Second, Ms Finne presumes that equal opportunities in the classroom will result in equal outcomes for students. This is a very strange perspective coming from a conservative think tank like the Washington Policy Center. While I can count on you, like all true Americans, to support equal opportunity, usually you folks are not the ones also demanding equal outcomes. The teacher is obligated to provide the equal opportunity to all students by presenting the lesson. It is the student's responsibility, however, to take advantage of that opportunity and do the learning. It is usually a left-wing trick to point to unequal outcomes as prima facie evidence of unequal oppportunity. The unfortunate fact of life is that there are some students who simply don't care to learn, some who have other, more urgent concerns, and some who are unprepared to accept the lesson because they lack the foundational knowledge or skills to assimilate it. As they say, You can lead a horse to water, but you can't make him drink. None of these factors are in the teacher's control. None of these factors are the teacher's responsibility. None of these factors reflect on the quality of the teaching.

Ms Finne writes: "The past contract, which we have reviewed extensively here, has resulted in abysmal student test results on the WASL in Seattle." I would make two disputations about this. First, it is insane (and unsupported) to attribute the WASL pass rates to the teacher contract. You might as well blame them on the weather. Second, the assertion that these results are abysmal. I would remind Ms Finne and her readers that the WASL pass rates for Seattle exceed the state averages. If Seattle is above-average and is abysmal, then the problem is hardly attributable to anything in Seattle. Moreover, these pass rates are not, as Ms Finne suggests, bad at all. They reflect something slightly better than the historic averages.

The fact is that more students are learning more and are graduating from high school more than ever before. That's true because there are more students in the system than ever before. Seattle Public Schools, and the other public school districts across the state, enroll children who would not have historically been in school at all. Let's remember that about 12% of Seattle public school students are in Special Education. Let's remember that 12% of Seattle high school students are in re-entry schools. Let's remember that 13% of Seattle public school students are English Language Learners. These kids would not even have been in our schools in the 1960's. And it's not like everyone graduated from high school back then.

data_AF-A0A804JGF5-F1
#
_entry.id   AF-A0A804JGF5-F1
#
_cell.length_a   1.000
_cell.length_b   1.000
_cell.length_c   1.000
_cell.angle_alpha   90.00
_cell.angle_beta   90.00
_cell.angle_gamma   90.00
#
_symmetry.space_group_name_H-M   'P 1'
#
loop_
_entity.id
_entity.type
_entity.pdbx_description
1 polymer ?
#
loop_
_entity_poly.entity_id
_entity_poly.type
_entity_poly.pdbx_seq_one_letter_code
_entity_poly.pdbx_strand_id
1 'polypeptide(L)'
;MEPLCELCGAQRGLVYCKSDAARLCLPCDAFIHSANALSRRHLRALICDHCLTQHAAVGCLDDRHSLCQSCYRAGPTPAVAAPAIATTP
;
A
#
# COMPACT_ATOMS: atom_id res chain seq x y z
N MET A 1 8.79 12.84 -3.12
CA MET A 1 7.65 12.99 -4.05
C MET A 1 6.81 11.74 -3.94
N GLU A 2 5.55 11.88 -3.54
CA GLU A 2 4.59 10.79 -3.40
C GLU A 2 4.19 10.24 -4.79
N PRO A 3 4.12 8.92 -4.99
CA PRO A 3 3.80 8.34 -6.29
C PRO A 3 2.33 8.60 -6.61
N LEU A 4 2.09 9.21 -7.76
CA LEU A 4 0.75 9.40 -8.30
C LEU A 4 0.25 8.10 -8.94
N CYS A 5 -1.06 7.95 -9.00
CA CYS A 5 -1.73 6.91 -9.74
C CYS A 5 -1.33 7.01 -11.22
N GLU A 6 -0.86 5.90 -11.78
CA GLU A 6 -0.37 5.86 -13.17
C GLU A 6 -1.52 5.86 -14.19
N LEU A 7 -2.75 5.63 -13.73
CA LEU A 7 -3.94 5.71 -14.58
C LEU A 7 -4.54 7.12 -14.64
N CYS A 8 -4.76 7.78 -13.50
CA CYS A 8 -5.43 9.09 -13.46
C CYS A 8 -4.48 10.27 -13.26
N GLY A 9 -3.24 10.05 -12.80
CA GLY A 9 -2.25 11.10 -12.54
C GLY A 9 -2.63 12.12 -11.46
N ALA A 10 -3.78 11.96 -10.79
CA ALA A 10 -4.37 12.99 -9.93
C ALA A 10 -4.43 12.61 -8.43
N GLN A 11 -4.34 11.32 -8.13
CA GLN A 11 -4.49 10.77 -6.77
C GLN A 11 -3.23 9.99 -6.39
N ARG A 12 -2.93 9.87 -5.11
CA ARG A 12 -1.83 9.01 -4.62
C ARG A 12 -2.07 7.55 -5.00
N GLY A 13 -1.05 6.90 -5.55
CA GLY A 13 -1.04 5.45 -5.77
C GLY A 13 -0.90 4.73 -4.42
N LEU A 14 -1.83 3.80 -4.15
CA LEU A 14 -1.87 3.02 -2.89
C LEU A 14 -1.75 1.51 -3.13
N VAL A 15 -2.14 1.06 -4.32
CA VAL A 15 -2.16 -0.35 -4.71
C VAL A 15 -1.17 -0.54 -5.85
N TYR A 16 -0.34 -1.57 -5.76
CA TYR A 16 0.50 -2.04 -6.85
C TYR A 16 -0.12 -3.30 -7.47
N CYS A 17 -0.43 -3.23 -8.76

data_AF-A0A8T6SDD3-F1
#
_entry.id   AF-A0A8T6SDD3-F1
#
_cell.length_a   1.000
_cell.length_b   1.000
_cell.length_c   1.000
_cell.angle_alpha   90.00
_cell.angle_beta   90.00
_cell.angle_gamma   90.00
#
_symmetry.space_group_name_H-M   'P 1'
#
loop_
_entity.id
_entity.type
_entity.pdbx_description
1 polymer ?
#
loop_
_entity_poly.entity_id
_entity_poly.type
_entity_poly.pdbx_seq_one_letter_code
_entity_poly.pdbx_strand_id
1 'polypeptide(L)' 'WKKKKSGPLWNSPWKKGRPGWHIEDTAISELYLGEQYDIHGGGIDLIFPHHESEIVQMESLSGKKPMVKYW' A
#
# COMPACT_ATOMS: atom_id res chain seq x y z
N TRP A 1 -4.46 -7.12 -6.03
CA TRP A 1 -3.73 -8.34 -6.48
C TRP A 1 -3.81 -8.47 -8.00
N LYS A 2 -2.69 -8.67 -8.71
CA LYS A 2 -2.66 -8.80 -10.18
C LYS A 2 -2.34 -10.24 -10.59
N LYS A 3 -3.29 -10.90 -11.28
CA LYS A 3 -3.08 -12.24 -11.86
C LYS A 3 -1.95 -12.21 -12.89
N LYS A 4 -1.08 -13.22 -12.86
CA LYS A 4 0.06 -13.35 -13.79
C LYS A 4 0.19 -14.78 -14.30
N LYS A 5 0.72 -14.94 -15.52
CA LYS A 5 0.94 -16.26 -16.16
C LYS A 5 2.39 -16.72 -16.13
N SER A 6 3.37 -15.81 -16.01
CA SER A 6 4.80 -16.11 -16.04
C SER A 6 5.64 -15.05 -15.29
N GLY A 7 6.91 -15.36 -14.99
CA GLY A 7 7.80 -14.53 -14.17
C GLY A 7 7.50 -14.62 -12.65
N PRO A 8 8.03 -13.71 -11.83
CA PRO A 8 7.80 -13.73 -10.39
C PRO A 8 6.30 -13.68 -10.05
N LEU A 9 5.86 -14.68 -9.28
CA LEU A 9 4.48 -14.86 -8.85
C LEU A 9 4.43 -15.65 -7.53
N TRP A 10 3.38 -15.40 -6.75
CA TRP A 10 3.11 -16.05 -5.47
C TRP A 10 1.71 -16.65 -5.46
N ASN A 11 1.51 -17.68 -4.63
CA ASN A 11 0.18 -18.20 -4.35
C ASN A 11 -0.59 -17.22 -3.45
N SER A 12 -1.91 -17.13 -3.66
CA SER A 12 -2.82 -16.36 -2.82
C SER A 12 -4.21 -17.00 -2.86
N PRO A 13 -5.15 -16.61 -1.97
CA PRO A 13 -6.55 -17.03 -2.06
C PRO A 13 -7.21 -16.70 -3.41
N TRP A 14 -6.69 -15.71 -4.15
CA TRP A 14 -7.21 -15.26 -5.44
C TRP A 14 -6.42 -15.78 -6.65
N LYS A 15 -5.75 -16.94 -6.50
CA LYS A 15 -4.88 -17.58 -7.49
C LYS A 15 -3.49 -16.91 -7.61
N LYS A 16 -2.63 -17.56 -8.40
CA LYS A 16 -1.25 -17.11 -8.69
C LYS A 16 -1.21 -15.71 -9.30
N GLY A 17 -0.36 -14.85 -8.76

So if these pass rates are bad, what pass rates would be good - or at least acceptable? Where's the finish line Ms Finne? What's your benchmark? It's easy to say something is bad, but bad relative to what?

As for those who cannot do math at grade level, perhaps it is not the teachers, but the horrible misguided materials and pedagogy that the teachers are required to use and follow? At Schmitz Park Elementary, where they use different materials, 93% of the 5th graders passed the MSP (the new name for the WASL in grades 3-8). So maybe it isn't the teachers, but the District-mandated lesson forming the impediment there.

So while we all believe in change - and I do believe that things have to change - we do not all believe in the same change. When you have data to support your view, instead of bumper-sticker slogans and rhetorical sleight of hand, please present it.

- Charlie Mas